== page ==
Rendered Fat Content


Adélaïde Labille-Guiard:
Portrait of Dublin-Tornelle (c. 1799)

"How could any of us ever experience the considerable benefits of our doubts if we've smothered them with our Confidence first?"

Confidence proves neither necessary nor sufficient to support any creative endeavor. It more often undermines an artist, who might find himself better served by slathering himself in criticism or doubt, for Confidence accentuates the positive at the onerous cost of other perspectives. It too easily evolves into studied self-deception, unshakable notions, and devotion to lesser Gods who grant unearned permissions and the pursuit of unwarranted commissions. One too easily falls into playing the Confidence Man, so practiced at self-deception that deception becomes first nature, trading in hollow and narrow platitudes, knowing for certain what nobody could ever know for sure, selling soap and Bibles.

The Confident author might not be worth reading other than as an example of what one should avoid reading.
He freely offers advice for the price of distraction masquerading as focus. He will speak of an us that never once existed and speak for others without ever first having asked their permission. They produce stunning acts of omission, profound proclamations lacking human frailty: limitless unconditionals, and riskless rewards. Their work appears two-dimensional, lacking depth, lacking emotion. It feareth not and thereby should scare the living Hell out of every reader. But, curiously, it doesn't. It instead induces hellacious results without leaving discernable fingerprints. Perpetratorless pergatories.

I have tried to remain honest with myself that my Publishing endeavor, this Publishing endeavor, amounts to my poking sticks into darkness. I started, as always, misinformed, supported by fantasies and prejudices, mere notions of the topography I faced. I had avoided reading any of the many books published on the subject of Publishing, for they seemed to exude entirely too much Confidence for my taste, as if their author(s) had somehow accumulated more knowledge about a domain than ever very likely existed. The domain seemed profoundly suspect, for there couldn't possibly "be" a Publishing industry other than a fuzzy conglomeration of preconceived notions. Its pieces hardly acknowledge each other's existence and shouldn't.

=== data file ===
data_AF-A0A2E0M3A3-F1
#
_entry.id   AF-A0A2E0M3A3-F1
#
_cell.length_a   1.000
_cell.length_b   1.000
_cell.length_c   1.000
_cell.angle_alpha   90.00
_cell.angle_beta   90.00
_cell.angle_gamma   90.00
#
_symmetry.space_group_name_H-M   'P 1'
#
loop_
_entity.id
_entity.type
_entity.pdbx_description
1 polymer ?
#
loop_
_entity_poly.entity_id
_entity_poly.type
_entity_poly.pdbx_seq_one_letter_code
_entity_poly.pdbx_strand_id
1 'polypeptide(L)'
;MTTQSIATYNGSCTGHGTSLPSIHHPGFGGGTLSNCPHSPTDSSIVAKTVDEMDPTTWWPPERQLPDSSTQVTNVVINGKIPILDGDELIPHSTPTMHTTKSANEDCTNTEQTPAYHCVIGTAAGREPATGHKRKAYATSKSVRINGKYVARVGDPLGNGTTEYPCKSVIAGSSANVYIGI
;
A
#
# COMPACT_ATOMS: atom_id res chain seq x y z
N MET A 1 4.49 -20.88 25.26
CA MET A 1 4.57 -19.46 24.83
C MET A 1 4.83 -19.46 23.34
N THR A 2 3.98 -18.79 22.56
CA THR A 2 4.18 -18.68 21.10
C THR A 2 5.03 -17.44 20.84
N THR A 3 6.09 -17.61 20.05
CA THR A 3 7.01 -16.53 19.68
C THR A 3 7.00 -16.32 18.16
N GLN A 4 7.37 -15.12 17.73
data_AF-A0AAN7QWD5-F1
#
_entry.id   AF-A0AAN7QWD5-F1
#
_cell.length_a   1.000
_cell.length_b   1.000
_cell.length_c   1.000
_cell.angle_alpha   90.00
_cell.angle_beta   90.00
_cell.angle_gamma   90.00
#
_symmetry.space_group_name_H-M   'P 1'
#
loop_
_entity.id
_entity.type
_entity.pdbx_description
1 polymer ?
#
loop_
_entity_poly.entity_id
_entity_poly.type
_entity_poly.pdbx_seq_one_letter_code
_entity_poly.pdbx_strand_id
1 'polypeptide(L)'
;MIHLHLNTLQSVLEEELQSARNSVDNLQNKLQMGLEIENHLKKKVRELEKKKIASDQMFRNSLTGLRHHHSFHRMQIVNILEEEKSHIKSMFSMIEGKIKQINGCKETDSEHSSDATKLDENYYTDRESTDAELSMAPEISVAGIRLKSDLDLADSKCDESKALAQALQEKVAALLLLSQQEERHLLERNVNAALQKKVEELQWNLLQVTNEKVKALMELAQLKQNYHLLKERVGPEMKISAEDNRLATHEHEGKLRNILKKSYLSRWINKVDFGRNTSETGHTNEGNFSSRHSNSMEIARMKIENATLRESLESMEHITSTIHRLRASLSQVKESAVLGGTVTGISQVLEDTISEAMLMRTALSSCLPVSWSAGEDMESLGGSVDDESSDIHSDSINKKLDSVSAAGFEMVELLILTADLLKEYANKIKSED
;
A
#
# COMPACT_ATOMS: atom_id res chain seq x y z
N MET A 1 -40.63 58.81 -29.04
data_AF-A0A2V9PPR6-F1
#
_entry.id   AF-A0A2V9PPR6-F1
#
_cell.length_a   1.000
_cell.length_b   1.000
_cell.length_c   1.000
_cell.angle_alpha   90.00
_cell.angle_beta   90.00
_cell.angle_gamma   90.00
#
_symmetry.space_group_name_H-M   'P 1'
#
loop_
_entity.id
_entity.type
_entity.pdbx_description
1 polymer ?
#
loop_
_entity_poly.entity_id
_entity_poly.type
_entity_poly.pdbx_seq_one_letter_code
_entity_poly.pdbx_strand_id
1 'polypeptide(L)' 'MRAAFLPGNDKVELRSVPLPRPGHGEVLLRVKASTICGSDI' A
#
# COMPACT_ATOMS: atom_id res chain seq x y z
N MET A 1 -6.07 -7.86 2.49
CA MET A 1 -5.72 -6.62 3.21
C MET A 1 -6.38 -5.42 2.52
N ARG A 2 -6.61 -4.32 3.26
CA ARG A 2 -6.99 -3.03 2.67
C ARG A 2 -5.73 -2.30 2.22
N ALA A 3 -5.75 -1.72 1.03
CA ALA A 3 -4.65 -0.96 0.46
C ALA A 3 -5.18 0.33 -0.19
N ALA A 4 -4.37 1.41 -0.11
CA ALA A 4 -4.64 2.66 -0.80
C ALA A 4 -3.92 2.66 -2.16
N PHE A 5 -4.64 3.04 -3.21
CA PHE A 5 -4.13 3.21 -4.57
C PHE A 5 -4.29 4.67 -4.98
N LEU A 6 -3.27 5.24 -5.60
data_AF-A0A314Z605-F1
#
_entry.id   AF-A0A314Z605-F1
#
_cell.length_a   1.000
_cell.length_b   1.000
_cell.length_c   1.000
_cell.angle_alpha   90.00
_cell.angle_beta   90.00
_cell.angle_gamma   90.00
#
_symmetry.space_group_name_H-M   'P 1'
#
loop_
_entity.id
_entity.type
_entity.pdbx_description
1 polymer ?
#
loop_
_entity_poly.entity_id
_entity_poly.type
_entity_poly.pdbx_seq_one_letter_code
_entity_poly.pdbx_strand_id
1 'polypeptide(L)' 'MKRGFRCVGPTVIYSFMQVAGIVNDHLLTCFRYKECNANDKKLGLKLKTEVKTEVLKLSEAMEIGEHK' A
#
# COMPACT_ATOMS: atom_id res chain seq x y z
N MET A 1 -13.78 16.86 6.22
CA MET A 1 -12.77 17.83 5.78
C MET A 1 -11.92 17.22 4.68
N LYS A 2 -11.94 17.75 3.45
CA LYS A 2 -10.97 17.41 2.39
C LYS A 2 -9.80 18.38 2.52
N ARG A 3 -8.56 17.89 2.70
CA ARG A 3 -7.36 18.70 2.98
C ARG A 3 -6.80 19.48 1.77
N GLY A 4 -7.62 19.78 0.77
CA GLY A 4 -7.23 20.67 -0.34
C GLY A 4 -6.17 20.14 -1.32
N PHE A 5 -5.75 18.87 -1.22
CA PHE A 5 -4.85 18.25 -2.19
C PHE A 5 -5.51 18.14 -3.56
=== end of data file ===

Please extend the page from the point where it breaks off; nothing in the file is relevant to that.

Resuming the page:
When I started this series, I took a hard look at a lesson I'd absorbed when writing my best seller. When I wrote that introduction, which, of course, I wrote after the rest of the work was finished, I watched myself acknowledge the profound influence my near absolute lack of self-confidence had produced, for I had not once set to writing even a single paragraph supported by any belief that the result might somehow prove good enough. The entire undertaking was gratefully much less certain. I was actively speculating. I was writing a book about managing projects which, in the first few paragraphs, insisted that it would not attempt to tell the reader how to better manage their projects. How could I have possessed that knowledge? How could anyone have? I would have had to have been omniscient to have convinced myself that I knew better than the thousands of actual practitioners I knew were wrestling with essentially unresolvable conditions, just like I had been and was. Confidence in myself to offer such advice would have had to have been misplaced.

I have turned out to be the type of writer who has not embraced the notion that I should be trying to make this world better since that amounts to a self-defeating Utopian notion. This world does not need to be better than it is and probably needs to be no better than it might already have been if only we could stop trying to convince each other that we might somehow make it better, alone or together. First, the ancient advice suggested accepting the world as it is, then working outward and inward from there. Working to improve the place presumes knowledge not evident by any means other than Confidence. Better that we carry our doubts a tad closer to the surface and discover good and decent means for continuing our efforts anyway. How could we ever experience the considerable benefits of our doubts if we've smothered them with our Confidence first?

©2023 by David A. Schmaltz - all rights reserved

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